New York Times Predicts Demise Of The Insurance Agent: Here's What's Really Happening.

Posted by Michael Jans on 1/20/16 5:00 AM


This is the one year anniversary of the day the New York Times went on record to predict our demise. They said, "To the list of jobs threatened by the Internet, add one more: insurance agent." What trends did they see? Were they right or wrong? Here's what really happened...

In the yesteryear of the 1990’s, Bill Gates send a shiver down the spine of a lot of industries. How? By predicting that the new-fangled internet would cause the “disintermediation” of distribution.

In other words, industries that relied on humans for distribution would get disrupted because consumers could bypass the established distribution system on the internet.

In other words, digital in. Humans out.

Or…if the industry wouldn’t get disrupted, then, at least, the intermediary would.

Among those whose spines shivered were insurance agents & brokers.

But when one day looks pretty much like the next - day after day after day - it’s all too easy to lull yourself into thinking that no change is happening at all.

Objectively speaking, life is still pretty grand for the agent and broker. $50 billion flow through our hands. Many agents have concluded it’s not that hard to get their fair share.

And if they do their job well, their fair share can be quite generous.

Yes, market share for the independent agent and broker has been eroding. Poignantly, you could peg the start of that erosion to the mid-90’s, with the birth of the internet.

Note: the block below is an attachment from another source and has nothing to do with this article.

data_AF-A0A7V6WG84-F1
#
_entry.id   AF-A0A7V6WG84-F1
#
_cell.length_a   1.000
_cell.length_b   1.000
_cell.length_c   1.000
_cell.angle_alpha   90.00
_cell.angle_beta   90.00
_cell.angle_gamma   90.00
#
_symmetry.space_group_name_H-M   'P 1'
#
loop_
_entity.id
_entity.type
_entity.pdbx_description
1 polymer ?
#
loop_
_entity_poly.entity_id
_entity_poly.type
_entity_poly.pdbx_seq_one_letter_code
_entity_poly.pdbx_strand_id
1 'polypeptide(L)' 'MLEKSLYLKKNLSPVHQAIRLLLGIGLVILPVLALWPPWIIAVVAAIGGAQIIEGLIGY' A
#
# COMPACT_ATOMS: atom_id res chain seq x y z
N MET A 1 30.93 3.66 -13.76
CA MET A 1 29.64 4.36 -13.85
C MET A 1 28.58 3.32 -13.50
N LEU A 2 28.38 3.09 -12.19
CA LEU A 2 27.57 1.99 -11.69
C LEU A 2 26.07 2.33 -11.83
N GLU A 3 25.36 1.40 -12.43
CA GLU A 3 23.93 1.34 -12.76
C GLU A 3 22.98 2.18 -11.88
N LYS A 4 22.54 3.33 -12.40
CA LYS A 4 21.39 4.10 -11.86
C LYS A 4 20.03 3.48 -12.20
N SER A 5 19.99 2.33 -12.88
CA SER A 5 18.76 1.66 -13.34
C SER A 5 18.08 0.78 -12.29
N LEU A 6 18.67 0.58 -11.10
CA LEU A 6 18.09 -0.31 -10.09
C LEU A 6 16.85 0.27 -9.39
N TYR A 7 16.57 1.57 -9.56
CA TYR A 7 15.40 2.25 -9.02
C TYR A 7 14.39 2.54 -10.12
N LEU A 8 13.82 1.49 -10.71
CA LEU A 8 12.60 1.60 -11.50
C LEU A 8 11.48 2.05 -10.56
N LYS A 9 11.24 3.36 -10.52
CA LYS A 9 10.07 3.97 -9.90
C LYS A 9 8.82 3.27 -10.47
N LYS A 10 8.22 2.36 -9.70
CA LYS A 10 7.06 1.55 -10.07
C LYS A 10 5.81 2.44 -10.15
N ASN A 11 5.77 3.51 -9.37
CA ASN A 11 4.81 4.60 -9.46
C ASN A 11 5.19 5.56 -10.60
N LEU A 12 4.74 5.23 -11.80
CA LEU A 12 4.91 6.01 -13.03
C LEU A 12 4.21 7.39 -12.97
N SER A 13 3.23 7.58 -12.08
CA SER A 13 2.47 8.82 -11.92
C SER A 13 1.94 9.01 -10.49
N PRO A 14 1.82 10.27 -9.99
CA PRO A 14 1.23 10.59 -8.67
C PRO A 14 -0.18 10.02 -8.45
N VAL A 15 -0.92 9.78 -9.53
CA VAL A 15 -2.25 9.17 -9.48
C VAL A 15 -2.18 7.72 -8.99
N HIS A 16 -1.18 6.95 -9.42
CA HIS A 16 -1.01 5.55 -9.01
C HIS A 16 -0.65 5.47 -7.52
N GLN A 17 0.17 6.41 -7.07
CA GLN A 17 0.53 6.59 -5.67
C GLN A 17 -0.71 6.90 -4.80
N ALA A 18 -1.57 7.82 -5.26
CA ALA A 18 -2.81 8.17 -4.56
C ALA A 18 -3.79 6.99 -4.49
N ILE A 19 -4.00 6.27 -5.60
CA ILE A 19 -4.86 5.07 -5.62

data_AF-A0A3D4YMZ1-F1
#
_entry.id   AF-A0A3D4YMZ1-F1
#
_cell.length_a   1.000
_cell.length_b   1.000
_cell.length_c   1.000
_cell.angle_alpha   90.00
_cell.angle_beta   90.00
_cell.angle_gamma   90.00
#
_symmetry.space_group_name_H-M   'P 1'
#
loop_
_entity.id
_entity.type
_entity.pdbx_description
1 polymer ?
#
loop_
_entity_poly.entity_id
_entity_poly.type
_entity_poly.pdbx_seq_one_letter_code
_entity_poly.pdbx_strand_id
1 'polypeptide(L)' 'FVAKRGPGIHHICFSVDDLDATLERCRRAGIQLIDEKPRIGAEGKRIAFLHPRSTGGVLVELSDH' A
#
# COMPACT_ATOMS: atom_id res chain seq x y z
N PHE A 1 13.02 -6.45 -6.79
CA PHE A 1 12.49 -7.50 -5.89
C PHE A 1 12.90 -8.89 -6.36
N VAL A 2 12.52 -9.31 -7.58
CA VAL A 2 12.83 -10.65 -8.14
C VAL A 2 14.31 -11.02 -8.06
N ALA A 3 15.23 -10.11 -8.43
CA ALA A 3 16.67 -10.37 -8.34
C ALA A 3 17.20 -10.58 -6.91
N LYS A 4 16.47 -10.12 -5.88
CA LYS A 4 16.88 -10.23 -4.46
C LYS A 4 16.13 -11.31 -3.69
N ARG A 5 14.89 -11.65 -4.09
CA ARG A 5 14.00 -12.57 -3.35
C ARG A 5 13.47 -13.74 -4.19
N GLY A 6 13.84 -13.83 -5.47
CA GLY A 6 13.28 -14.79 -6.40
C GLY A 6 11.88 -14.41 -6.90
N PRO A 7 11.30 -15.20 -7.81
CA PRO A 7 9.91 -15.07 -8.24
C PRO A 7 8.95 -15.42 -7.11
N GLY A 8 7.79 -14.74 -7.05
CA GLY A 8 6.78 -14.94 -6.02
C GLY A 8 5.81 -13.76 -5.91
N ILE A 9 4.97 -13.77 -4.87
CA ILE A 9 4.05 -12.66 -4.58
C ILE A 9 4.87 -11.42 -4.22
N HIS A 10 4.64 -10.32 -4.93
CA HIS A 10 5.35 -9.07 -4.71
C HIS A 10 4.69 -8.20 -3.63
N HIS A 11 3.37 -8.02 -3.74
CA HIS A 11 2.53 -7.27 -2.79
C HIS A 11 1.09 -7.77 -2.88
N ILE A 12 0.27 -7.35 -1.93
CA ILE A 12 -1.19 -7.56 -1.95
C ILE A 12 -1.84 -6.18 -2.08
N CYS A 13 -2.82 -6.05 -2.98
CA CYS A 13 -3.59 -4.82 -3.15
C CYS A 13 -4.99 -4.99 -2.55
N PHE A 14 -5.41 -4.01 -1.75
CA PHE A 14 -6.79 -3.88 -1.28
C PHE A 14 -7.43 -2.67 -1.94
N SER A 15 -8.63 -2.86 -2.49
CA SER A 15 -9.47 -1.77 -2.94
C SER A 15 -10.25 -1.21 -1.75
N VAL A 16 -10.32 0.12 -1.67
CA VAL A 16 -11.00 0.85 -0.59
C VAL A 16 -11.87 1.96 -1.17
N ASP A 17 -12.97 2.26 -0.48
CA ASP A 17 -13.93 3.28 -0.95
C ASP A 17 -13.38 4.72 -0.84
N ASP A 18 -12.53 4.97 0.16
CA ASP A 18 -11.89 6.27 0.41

But, unlike some industries, we have not been completely turned upside down.

Look at travel agents for example. In 1995, the US travel industry boasted 47,000 agents. Around the same number as independent agents & brokers.

Their numbers plummeted to 14,000 by 2011.


Many industry observers said, “Look, we’re not like travel agents. This is proof. The internet hurt them. But not us. We’re still here.”

Yes, we are different. It is easier to click a few buttons that will get you a ticket from Peoria to Kalamazoo, than it is to buy even the simplest automobile policy online. Premiums, liabilities, coverages, endorsements, exclusions, VIN numbers. This is not the everyday language of everyday people. Plus, buying insurance is a little bit complicated.

We’re not only selling something people don’t understand. They can’t even see it!

The  big money goes where it’s easy.

VC and PE money seek fast reliable returns. And it got those returns in travel.

And a host of other industries too numerous to mention. (But you use them every single day.)

After all, lions eat the slowest gazelles, not the fastest. They eat easy prey, not the ones who fight back.

Some gazelles are gone. Eaten. You wouldn’t get very far with a Silicon Valley pitch about selling airline tickets online. Been there. Done that. (Better have something very, very creative if you’re even going to get to pitch.)

And now, the big money is hungry for another target. And there is a lot of global capital seeking a return.